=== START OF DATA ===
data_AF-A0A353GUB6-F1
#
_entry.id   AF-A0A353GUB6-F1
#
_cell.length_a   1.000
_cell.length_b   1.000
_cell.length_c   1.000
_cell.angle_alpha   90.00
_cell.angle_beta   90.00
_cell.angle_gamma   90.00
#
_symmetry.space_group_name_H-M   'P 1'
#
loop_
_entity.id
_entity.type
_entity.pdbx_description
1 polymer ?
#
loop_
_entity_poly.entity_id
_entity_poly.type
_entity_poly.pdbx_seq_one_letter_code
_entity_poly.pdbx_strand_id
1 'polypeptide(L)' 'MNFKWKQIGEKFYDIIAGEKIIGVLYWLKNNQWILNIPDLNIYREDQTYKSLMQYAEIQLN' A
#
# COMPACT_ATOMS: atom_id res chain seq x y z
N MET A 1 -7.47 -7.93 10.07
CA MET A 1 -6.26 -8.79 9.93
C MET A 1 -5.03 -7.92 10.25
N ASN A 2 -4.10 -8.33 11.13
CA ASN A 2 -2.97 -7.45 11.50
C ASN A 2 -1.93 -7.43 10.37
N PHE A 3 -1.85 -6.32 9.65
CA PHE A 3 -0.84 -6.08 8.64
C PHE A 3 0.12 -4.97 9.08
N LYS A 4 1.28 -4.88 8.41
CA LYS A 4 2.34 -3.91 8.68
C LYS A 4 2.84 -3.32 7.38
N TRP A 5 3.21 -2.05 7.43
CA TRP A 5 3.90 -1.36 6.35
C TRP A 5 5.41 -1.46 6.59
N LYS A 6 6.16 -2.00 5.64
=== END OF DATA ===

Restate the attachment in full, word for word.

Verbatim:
data_AF-A0A353GUB6-F1
#
_entry.id   AF-A0A353GUB6-F1
#
_cell.length_a   1.000
_cell.length_b   1.000
_cell.length_c   1.000
_cell.angle_alpha   90.00
_cell.angle_beta   90.00
_cell.angle_gamma   90.00
#
_symmetry.space_group_name_H-M   'P 1'
#
loop_
_entity.id
_entity.type
_entity.pdbx_description
1 polymer ?
#
loop_
_entity_poly.entity_id
_entity_poly.type
_entity_poly.pdbx_seq_one_letter_code
_entity_poly.pdbx_strand_id
1 'polypeptide(L)' 'MNFKWKQIGEKFYDIIAGEKIIGVLYWLKNNQWILNIPDLNIYREDQTYKSLMQYAEIQLN' A
#
# COMPACT_ATOMS: atom_id res chain seq x y z
N MET A 1 -7.47 -7.93 10.07
CA MET A 1 -6.26 -8.79 9.93
C MET A 1 -5.03 -7.92 10.25
N ASN A 2 -4.10 -8.33 11.13
CA ASN A 2 -2.97 -7.45 11.50
C ASN A 2 -1.93 -7.43 10.37
N PHE A 3 -1.85 -6.32 9.65
CA PHE A 3 -0.84 -6.08 8.64
C PHE A 3 0.12 -4.97 9.08
N LYS A 4 1.28 -4.88 8.41
CA LYS A 4 2.34 -3.91 8.68
C LYS A 4 2.84 -3.32 7.38
N TRP A 5 3.21 -2.05 7.43
CA TRP A 5 3.90 -1.36 6.35
C TRP A 5 5.41 -1.46 6.59
N LYS A 6 6.16 -2.00 5.64